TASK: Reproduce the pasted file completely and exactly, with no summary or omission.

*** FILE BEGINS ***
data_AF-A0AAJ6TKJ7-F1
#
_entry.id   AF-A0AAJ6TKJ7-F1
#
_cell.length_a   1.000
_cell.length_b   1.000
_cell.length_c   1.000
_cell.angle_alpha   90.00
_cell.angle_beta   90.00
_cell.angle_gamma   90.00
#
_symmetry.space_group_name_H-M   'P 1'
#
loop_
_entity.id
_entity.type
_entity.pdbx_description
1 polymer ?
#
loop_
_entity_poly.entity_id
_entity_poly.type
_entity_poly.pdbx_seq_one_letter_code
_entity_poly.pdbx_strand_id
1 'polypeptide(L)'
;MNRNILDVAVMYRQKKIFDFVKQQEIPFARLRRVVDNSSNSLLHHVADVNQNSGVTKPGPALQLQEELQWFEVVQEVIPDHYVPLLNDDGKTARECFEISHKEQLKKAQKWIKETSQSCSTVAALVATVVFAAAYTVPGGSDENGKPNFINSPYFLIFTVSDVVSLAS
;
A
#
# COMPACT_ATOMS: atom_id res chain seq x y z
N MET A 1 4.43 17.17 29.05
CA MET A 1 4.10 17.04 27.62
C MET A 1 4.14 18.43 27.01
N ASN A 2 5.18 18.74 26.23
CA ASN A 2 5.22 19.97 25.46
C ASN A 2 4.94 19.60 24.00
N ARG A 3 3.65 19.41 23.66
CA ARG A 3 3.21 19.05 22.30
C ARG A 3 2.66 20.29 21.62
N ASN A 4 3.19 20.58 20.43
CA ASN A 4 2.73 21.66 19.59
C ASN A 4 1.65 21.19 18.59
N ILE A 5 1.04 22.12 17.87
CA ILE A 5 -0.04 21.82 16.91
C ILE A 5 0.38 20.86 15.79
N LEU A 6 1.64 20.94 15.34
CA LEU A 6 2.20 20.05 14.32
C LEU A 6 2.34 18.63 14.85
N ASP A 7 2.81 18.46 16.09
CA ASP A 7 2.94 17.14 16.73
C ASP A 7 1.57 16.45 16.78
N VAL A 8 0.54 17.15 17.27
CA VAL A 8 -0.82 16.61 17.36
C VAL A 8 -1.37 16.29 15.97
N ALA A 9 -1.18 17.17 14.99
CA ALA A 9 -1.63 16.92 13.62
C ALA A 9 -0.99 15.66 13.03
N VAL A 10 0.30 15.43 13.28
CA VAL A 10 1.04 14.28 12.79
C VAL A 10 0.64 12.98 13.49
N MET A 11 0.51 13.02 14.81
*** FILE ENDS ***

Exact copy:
data_AF-A0AAJ6TKJ7-F1
#
_entry.id   AF-A0AAJ6TKJ7-F1
#
_cell.length_a   1.000
_cell.length_b   1.000
_cell.length_c   1.000
_cell.angle_alpha   90.00
_cell.angle_beta   90.00
_cell.angle_gamma   90.00
#
_symmetry.space_group_name_H-M   'P 1'
#
loop_
_entity.id
_entity.type
_entity.pdbx_description
1 polymer ?
#
loop_
_entity_poly.entity_id
_entity_poly.type
_entity_poly.pdbx_seq_one_letter_code
_entity_poly.pdbx_strand_id
1 'polypeptide(L)'
;MNRNILDVAVMYRQKKIFDFVKQQEIPFARLRRVVDNSSNSLLHHVADVNQNSGVTKPGPALQLQEELQWFEVVQEVIPDHYVPLLNDDGKTARECFEISHKEQLKKAQKWIKETSQSCSTVAALVATVVFAAAYTVPGGSDENGKPNFINSPYFLIFTVSDVVSLAS
;
A
#
# COMPACT_ATOMS: atom_id res chain seq x y z
N MET A 1 4.43 17.17 29.05
CA MET A 1 4.10 17.04 27.62
C MET A 1 4.14 18.43 27.01
N ASN A 2 5.18 18.74 26.23
CA ASN A 2 5.22 19.97 25.46
C ASN A 2 4.94 19.60 24.00
N ARG A 3 3.65 19.41 23.66
CA ARG A 3 3.21 19.05 22.30
C ARG A 3 2.66 20.29 21.62
N ASN A 4 3.19 20.58 20.43
CA ASN A 4 2.73 21.66 19.59
C ASN A 4 1.65 21.19 18.59
N ILE A 5 1.04 22.12 17.87
CA ILE A 5 -0.04 21.82 16.91
C ILE A 5 0.38 20.86 15.79
N LEU A 6 1.64 20.94 15.34
CA LEU A 6 2.20 20.05 14.32
C LEU A 6 2.34 18.63 14.85
N ASP A 7 2.81 18.46 16.09
CA ASP A 7 2.94 17.14 16.73
C ASP A 7 1.57 16.45 16.78
N VAL A 8 0.54 17.15 17.27
CA VAL A 8 -0.82 16.61 17.36
C VAL A 8 -1.37 16.29 15.97
N ALA A 9 -1.18 17.17 14.99
CA ALA A 9 -1.63 16.92 13.62
C ALA A 9 -0.99 15.66 13.03
N VAL A 10 0.30 15.43 13.28
CA VAL A 10 1.04 14.28 12.79
C VAL A 10 0.64 12.98 13.49
N MET A 11 0.51 13.02 14.81